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A few months after the defendant is found guilty, they return to court to be sentenced.
The judge receives guidance and assistance from several sources in order to sentence a defendant. Congress has established minimum and maximum punishments for many crimes which the judge uses to craft a sentence. The United States Sentencing Commissions has produced a set of sentencing guidelines that recommend certain punishments for certain crimes while considering various factors. Further, the judge will look at a presentence report and consider statements from the victims as well as the defendant and lawyers.
The judge may consider a variety of aggravating or mitigating factors. These include whether the defendant has committed the same crime before, whether the defendant has expressed regret for the crime, and the nature of the crime itself.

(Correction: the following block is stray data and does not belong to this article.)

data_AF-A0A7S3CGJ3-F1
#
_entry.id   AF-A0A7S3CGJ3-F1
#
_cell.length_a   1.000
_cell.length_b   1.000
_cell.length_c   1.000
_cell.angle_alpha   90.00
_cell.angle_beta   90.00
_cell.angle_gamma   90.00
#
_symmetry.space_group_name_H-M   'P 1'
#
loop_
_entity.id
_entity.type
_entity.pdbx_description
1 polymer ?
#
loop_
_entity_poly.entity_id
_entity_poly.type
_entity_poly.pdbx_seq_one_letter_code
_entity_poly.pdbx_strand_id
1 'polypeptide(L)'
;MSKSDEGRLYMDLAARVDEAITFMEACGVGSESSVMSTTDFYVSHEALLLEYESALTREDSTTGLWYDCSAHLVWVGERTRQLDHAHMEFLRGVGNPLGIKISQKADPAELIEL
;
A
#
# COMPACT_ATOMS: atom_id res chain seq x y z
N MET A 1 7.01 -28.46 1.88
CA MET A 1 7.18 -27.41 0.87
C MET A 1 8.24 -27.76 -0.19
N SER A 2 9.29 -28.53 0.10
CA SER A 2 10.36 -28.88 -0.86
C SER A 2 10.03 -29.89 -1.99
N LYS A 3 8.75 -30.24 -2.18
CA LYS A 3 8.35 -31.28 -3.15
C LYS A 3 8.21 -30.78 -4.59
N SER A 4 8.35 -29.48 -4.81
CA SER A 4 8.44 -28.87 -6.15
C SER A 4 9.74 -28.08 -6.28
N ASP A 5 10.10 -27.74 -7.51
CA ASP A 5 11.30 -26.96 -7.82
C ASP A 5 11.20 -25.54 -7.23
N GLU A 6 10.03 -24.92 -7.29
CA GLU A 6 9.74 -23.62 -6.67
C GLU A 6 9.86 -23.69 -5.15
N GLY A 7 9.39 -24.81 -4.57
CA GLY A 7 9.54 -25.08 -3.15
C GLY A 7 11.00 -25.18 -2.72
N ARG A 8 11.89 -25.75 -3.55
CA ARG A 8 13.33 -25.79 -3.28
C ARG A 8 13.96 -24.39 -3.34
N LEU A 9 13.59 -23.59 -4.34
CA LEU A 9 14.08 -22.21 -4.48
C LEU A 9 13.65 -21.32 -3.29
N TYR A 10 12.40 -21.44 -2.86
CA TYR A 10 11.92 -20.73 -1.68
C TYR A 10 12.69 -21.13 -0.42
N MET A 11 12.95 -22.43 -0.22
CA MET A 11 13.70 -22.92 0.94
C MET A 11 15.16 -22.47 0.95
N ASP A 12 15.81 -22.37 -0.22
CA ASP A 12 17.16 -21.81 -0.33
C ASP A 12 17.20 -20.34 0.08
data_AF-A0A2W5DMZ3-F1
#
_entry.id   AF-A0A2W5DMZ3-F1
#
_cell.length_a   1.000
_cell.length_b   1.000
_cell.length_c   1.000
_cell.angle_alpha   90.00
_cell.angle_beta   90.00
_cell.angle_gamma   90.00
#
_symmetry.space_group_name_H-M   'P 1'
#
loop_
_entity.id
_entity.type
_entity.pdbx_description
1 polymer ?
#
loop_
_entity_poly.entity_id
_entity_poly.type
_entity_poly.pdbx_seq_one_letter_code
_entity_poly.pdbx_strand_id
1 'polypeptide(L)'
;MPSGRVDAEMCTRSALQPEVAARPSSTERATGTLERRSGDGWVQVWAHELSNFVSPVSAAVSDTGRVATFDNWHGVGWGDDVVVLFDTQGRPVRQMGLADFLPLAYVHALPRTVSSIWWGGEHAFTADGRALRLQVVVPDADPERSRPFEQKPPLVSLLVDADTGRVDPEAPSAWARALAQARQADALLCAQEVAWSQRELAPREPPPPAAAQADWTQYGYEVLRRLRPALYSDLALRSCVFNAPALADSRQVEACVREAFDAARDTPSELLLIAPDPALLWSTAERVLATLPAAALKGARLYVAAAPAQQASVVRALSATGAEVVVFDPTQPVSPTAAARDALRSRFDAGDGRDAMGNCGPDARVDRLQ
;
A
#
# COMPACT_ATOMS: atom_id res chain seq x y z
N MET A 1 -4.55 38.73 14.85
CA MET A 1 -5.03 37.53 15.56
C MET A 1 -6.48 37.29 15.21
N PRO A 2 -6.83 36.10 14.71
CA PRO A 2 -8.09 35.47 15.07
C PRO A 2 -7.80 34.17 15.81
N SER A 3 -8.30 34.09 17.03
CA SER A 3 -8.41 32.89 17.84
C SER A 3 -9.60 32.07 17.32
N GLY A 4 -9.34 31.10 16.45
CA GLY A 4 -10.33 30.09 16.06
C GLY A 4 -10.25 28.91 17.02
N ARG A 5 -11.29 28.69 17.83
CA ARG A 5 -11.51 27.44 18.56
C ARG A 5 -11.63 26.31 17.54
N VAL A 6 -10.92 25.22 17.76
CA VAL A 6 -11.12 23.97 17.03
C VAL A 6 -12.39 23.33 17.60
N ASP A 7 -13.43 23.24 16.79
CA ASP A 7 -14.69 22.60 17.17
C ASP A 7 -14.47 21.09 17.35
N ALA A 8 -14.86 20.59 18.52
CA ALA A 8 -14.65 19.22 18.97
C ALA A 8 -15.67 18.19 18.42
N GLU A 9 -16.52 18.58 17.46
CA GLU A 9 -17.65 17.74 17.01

The death penalty can only be imposed on defendants convicted of capital offenses – such as murder, treason, genocide, or the killing or kidnapping of a Congressman, the President, or a Supreme Court justice. Unlike other punishments, a jury must decide whether to impose the death penalty. Many states have stopped using the death penalty, though the federal government may still use it. The Supreme Court has found that imposing the death penalty on those under age 18 at the time of the crime or the intellectually disabled to be “cruel and unusual punishment” under the United States Constitution.